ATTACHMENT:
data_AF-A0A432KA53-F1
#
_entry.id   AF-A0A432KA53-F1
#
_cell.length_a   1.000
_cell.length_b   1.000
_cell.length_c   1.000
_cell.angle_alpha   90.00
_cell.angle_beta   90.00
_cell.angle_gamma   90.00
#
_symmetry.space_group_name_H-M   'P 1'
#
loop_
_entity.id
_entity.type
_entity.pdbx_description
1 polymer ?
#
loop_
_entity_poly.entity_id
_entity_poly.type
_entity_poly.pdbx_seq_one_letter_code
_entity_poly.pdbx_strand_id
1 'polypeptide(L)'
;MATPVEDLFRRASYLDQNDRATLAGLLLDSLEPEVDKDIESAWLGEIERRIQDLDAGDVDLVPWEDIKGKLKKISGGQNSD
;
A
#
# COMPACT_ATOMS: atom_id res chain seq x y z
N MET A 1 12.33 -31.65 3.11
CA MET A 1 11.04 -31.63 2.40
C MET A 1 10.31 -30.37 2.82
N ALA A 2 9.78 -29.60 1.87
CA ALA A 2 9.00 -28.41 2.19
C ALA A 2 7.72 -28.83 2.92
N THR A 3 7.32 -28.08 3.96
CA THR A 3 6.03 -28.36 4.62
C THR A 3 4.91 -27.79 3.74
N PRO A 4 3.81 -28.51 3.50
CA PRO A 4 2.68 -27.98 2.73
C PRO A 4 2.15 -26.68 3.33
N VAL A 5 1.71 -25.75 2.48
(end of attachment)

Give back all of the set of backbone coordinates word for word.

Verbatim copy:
data_AF-A0A432KA53-F1
#
_entry.id   AF-A0A432KA53-F1
#
_cell.length_a   1.000
_cell.length_b   1.000
_cell.length_c   1.000
_cell.angle_alpha   90.00
_cell.angle_beta   90.00
_cell.angle_gamma   90.00
#
_symmetry.space_group_name_H-M   'P 1'
#
loop_
_entity.id
_entity.type
_entity.pdbx_description
1 polymer ?
#
loop_
_entity_poly.entity_id
_entity_poly.type
_entity_poly.pdbx_seq_one_letter_code
_entity_poly.pdbx_strand_id
1 'polypeptide(L)'
;MATPVEDLFRRASYLDQNDRATLAGLLLDSLEPEVDKDIESAWLGEIERRIQDLDAGDVDLVPWEDIKGKLKKISGGQNSD
;
A
#
# COMPACT_ATOMS: atom_id res chain seq x y z
N MET A 1 12.33 -31.65 3.11
CA MET A 1 11.04 -31.63 2.40
C MET A 1 10.31 -30.37 2.82
N ALA A 2 9.78 -29.60 1.87
CA ALA A 2 9.00 -28.41 2.19
C ALA A 2 7.72 -28.83 2.92
N THR A 3 7.32 -28.08 3.96
CA THR A 3 6.03 -28.36 4.62
C THR A 3 4.91 -27.79 3.74
N PRO A 4 3.81 -28.51 3.50
CA PRO A 4 2.68 -27.98 2.73
C PRO A 4 2.15 -26.68 3.33
N VAL A 5 1.71 -25.75 2.48